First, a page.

Collier Street

From Pittsburgh Streets
Collier Street
Neighborhoods Homewood North, Homewood South
Origin of name Frederick Hill Collier

Collier Street is named for Frederick Hill Collier (1826–1906), Pittsburgh lawyer and district attorney. He served as the colonel of the 139th Pennsylvania Regiment of Volunteers in the American Civil War. In 1869 he was elected associate judge of the Court of Common Pleas, and he became tenth president judge of that court in 1903. Sterrett Street, one block to the west, is also named for a president judge of the Court of Common Pleas.[1][2][3][4][5][6][7]

Frances Lester Warner, in a 1923 essay called "The Pittsburgh Owl," included Collier Street in a list of streets named for Pittsburgh's "scientific paraphernalia,"[8] and Bob Regan copied this list (apparently uncritically) in his book.[5] Presumably Warner assumed the street was named for something related to coal or charcoal: a collier is a charcoal maker, a coal miner, a coal merchant, or a coal-carrying ship. But this origin is unlikely and contradicts other sources (including Regan's next paragraph) that point to Judge Collier.


  1. George T. Fleming. "Names recall Civil War heroes: Soldiers of national and local fame well commemorated in Pittsburgh: Battles also live." Pittsburgh Gazette Times, May 30, 1915, sec. 5, p. 2. 85758872. [view source]fleming-civil-war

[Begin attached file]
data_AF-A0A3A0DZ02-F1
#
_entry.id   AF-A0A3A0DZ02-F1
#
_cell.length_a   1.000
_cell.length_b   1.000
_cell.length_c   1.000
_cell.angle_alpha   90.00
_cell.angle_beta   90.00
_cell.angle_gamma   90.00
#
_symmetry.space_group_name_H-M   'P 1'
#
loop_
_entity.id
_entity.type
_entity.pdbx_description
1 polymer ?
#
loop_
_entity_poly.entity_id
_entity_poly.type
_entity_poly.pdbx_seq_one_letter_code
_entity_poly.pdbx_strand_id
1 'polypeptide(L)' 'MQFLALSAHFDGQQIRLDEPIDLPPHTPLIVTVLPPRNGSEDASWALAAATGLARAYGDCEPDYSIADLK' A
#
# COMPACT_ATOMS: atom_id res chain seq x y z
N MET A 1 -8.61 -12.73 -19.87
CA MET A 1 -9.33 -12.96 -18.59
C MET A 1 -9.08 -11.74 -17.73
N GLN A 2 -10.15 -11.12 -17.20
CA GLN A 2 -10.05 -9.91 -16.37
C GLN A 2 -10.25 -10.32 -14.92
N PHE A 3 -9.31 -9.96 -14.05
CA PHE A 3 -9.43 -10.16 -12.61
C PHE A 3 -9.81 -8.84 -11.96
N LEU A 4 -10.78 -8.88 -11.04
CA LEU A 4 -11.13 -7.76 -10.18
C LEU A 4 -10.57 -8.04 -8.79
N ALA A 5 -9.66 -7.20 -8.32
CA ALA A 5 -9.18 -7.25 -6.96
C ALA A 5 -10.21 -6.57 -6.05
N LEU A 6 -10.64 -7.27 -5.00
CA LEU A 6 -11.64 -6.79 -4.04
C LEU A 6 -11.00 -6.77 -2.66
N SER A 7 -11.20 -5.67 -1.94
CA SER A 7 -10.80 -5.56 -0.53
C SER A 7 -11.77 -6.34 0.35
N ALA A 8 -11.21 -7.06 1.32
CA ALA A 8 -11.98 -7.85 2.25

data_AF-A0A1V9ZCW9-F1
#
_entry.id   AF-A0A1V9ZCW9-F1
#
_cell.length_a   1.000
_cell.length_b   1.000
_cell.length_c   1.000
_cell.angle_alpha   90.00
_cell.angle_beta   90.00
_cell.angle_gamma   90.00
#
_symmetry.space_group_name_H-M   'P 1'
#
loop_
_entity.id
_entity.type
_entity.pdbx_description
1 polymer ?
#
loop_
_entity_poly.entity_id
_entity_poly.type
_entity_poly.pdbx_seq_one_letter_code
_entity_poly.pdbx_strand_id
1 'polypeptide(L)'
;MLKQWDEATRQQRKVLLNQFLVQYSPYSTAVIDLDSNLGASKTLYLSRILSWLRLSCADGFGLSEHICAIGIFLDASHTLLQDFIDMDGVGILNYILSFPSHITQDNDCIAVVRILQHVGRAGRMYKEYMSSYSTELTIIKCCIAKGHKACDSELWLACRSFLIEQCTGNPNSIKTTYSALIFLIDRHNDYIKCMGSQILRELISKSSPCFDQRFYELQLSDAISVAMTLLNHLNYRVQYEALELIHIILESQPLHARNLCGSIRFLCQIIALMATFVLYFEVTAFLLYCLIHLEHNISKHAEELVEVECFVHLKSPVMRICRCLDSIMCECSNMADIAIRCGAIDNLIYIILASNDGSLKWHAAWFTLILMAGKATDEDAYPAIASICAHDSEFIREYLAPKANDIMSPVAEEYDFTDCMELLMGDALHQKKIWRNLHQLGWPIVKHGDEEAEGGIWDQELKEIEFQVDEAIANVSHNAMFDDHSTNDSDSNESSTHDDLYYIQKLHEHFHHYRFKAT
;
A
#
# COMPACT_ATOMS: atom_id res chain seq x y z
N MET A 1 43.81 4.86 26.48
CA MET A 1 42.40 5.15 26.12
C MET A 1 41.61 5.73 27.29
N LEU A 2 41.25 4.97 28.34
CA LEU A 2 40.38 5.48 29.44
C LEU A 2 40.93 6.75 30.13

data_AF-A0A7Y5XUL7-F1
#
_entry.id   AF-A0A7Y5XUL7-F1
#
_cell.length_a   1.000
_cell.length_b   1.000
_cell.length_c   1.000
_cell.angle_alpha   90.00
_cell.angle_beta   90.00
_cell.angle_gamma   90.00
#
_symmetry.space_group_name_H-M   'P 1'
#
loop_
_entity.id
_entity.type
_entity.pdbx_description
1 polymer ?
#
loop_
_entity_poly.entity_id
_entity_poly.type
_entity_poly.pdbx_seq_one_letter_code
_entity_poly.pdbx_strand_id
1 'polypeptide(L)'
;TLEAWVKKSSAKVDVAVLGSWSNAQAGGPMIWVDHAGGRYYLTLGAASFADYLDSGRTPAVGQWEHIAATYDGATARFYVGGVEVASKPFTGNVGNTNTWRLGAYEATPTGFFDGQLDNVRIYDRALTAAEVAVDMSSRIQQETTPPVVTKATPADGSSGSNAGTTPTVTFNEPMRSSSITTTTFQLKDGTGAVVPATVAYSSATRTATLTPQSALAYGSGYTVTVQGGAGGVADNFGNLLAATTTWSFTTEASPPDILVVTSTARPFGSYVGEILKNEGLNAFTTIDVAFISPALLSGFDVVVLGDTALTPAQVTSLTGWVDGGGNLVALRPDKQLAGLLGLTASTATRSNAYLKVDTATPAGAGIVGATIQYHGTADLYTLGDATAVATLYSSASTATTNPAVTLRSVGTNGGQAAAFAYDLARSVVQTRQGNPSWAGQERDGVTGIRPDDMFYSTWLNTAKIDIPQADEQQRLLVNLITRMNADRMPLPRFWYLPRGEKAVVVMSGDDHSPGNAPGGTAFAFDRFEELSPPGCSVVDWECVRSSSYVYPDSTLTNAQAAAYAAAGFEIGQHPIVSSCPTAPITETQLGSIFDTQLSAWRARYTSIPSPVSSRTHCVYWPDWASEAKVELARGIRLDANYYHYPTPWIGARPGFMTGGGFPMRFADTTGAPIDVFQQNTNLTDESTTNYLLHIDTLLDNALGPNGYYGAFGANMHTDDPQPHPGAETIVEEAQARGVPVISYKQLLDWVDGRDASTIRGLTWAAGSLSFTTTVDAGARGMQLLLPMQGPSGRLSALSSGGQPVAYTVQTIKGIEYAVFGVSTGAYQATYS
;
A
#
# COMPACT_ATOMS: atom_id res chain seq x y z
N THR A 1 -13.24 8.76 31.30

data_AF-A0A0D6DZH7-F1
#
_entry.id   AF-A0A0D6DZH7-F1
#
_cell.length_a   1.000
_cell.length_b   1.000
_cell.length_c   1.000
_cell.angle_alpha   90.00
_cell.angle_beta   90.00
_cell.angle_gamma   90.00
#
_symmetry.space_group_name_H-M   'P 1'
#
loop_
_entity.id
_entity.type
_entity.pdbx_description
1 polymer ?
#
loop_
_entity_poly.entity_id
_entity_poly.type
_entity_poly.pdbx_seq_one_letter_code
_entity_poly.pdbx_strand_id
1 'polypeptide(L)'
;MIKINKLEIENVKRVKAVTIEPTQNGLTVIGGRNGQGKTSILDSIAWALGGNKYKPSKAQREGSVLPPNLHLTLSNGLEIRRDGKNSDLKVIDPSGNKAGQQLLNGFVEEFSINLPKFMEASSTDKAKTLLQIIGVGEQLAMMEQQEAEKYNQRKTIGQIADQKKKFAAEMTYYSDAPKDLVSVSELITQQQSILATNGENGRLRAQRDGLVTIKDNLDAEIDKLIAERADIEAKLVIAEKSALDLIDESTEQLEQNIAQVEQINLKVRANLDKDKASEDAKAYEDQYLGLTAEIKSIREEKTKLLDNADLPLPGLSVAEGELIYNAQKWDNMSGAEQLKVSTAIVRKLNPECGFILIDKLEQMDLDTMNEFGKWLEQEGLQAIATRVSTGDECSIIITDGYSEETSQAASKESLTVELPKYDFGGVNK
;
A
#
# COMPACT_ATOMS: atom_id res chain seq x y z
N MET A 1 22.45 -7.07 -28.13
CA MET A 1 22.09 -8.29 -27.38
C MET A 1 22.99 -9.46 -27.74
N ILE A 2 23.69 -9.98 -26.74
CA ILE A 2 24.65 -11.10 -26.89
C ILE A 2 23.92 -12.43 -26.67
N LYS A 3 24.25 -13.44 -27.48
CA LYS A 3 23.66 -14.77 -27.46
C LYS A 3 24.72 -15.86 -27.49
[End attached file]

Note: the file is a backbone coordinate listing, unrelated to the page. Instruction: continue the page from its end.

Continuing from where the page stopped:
2. History of Pittsburgh and Environs, vol. 2. American Historical Society, New York and Chicago, 1922. Google Books 3staAAAAYAAJ, TPUMAAAAYAAJ; HathiTrust 011262563; Internet Archive historypittsbur00yorkgoog, historypittsbur02socigoog. [view source]history-pgh-environs-2
  3. A. A. Lambing and J. W. F. White. Allegheny County: Its early history and subsequent development, p. 119. Snowden & Peterson, Pittsburgh, 1888. Google Books 6bY-AAAAYAAJ; HathiTrust 008957728, 100693049; Historic Pittsburgh 00aee8946m; Internet Archive centennialhistor00lamb; LCCN 18008828. [view source]lambing
  4. Annie Clark Miller. Early Land Marks and Names of Old Pittsburgh: An address delivered before the Pittsburgh Chapter Daughters of the American Revolution at Carnegie Institute, Nov. 30, 1923, p. 34. Pittsburgh Chapter Daughters of the American Revolution, 1924. Historic Pittsburgh 00awn8211m; Internet Archive earlylandmarksna00mill. [view source]miller
  5. 5.0 5.1 Bob Regan. The Names of Pittsburgh: How the city, neighborhoods, streets, parks and more got their names, p. 61. The Local History Company, Pittsburgh, 2009, ISBN 978-0-9770429-7-5. [view source]regan
  6. The Twentieth Century Bench and Bar of Pennsylvania, vol. 2. H. C. Cooper, Jr., Bro. & Co., Chicago, 1903. Google Books JkRGAQAAMAAJ; Internet Archive twentiethcentury02chic, twentiethcentury02unse_0. [view source]twentieth-2
  7. Erasmus Wilson, ed. Standard History of Pittsburg, Pennsylvania. H. R. Cornell & Co., Chicago, 1898. Google Books 1dcwAQAAMAAJ; Historic Pittsburgh 00hc03974m; Internet Archive standardhistoryo00wils. [view source]wilson-erasmus
  8. Frances Lester Warner. Groups and Couples, p. 228. Houghton Mifflin, Boston and New York, 1923. Google Books lub2z89YnoYC; Internet Archive groupscouples00warn. The essay "The Pittsburgh Owl" is available at and [view source]groups-and-couples